Are You Anosognosic?

Fol­lowup to: The Strangest Thing An AI Could Tell You

Brain dam­age pa­tients with anosog­nosia are in­ca­pable of con­sid­er­ing, notic­ing, ad­mit­ting, or re­al­iz­ing even af­ter be­ing ar­gued with, that their left arm, left leg, or left side of the body, is par­a­lyzed. Again I’ll quote Yvain’s sum­mary:

After a right-hemi­sphere stroke, she lost move­ment in her left arm but con­tin­u­ously de­nied it. When the doc­tor asked her to move her arm, and she ob­served it not mov­ing, she claimed that it wasn’t ac­tu­ally her arm, it was her daugh­ter’s. Why was her daugh­ter’s arm at­tached to her shoulder? The pa­tient claimed her daugh­ter had been there in the bed with her all week. Why was her wed­ding ring on her daugh­ter’s hand? The pa­tient said her daugh­ter had bor­rowed it. Where was the pa­tient’s arm? The pa­tient “turned her head and searched in a be­mused way over her left shoulder”.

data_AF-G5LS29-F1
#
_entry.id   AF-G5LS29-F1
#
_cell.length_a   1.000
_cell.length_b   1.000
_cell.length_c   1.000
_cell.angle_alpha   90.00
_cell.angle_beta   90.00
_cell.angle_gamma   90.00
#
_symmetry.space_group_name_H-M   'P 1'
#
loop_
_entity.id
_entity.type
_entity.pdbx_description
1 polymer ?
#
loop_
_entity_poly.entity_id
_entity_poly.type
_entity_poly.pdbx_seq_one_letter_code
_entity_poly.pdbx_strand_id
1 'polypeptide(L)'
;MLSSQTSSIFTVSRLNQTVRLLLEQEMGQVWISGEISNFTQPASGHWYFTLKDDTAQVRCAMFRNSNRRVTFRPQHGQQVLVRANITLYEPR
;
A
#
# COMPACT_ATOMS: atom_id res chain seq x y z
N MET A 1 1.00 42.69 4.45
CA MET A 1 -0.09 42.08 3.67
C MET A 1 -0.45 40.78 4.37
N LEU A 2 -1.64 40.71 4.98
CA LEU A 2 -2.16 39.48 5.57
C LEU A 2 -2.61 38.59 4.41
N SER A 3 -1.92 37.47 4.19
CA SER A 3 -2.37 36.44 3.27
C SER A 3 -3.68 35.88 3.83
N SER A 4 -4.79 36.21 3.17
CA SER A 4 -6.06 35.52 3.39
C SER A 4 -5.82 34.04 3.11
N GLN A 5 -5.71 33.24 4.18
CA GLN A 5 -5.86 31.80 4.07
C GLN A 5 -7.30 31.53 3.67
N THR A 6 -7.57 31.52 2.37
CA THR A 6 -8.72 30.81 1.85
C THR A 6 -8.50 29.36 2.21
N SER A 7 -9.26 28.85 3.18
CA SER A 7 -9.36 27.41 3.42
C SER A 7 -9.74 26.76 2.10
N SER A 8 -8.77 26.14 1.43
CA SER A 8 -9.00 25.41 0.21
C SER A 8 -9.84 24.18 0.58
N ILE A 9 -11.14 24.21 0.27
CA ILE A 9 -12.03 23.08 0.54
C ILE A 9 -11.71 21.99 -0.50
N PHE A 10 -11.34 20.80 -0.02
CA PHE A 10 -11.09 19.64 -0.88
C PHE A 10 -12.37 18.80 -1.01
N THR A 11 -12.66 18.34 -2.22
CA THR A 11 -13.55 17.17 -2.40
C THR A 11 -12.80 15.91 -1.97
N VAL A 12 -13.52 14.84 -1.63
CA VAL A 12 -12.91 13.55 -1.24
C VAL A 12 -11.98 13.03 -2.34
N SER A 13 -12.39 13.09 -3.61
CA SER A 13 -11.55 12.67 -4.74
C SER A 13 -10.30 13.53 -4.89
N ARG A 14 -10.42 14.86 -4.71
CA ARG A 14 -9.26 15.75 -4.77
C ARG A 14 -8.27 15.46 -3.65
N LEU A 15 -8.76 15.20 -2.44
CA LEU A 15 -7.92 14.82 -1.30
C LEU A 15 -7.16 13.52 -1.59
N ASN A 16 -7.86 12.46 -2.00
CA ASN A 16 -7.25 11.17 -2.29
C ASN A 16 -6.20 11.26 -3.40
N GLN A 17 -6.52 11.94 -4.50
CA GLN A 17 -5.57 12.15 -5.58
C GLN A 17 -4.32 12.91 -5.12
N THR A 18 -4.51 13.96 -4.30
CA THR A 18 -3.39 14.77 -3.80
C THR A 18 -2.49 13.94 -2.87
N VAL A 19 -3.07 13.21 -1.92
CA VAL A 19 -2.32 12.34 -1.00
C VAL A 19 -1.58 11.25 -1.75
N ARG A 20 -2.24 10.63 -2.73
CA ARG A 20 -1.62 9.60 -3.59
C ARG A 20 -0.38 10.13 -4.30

A brief search didn’t turn up a base-rate fre­quency in the pop­u­la­tion for left-arm paral­y­sis with anosog­nosia, but let’s say the base rate is 1 in 10,000,000 in­di­vi­d­u­als (so around 670 in­di­vi­d­u­als wor­ld­wide).

Sup­pos­ing this to be the prior, what is your es­ti­mated prob­a­bil­ity that your left arm is cur­rently par­a­lyzed?

Added: This in­ter­ests me be­cause it seems to be a spe­cial case of the same gen­eral is­sue dis­cussed in The Modesty Ar­gu­ment and Robin’s re­ply Sleepy Fools—when patholog­i­cal minds roughly similar to yours up­date based on fabri­cated ev­i­dence to con­clude they are not patholog­i­cal, un­der what cir­cum­stances can you up­date on differ­ent-seem­ing ev­i­dence to con­clude that you are not patholog­i­cal?